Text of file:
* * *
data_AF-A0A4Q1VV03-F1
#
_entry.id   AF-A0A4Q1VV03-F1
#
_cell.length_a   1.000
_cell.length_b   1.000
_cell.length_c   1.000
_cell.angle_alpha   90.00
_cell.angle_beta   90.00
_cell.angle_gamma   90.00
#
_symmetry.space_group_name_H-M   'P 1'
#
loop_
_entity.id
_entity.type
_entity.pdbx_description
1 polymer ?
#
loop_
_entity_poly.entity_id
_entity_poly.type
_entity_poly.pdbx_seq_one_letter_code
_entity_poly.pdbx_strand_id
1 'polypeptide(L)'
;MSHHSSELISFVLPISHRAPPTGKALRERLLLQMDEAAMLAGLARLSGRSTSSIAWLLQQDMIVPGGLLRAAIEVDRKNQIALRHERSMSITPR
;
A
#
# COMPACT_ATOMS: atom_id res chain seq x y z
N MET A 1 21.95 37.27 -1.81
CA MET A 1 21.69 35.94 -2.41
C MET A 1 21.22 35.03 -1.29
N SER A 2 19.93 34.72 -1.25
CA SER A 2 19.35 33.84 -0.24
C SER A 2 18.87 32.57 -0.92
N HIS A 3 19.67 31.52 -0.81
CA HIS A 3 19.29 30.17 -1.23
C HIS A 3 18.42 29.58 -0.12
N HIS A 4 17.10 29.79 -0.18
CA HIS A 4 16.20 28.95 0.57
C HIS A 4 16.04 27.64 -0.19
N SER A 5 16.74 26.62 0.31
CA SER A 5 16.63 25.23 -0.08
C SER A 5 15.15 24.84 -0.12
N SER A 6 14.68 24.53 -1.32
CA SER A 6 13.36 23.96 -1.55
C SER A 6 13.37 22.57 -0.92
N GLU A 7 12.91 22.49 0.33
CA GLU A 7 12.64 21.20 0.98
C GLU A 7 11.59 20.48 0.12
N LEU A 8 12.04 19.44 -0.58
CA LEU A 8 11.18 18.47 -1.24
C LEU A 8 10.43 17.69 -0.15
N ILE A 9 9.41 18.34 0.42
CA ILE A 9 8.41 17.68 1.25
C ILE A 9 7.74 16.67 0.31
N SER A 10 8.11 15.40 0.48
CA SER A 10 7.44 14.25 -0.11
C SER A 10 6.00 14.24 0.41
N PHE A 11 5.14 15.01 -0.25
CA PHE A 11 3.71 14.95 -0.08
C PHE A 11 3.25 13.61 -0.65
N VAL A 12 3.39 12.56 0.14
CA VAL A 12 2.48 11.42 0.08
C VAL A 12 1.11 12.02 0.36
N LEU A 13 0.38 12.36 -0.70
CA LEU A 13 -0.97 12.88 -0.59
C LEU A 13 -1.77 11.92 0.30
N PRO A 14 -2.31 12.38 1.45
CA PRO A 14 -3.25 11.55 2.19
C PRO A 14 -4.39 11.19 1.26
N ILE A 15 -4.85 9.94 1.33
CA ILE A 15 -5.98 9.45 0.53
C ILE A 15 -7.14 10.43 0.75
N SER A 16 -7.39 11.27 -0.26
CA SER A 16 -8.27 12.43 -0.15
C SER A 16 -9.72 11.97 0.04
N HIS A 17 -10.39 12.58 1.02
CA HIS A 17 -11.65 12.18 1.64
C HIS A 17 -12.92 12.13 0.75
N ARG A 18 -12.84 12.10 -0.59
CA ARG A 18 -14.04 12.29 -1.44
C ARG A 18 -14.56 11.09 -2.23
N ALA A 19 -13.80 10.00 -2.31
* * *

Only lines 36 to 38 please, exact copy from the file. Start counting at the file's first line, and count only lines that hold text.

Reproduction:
C SER A 2 18.87 32.57 -0.92
N HIS A 3 19.67 31.52 -0.81
CA HIS A 3 19.29 30.17 -1.23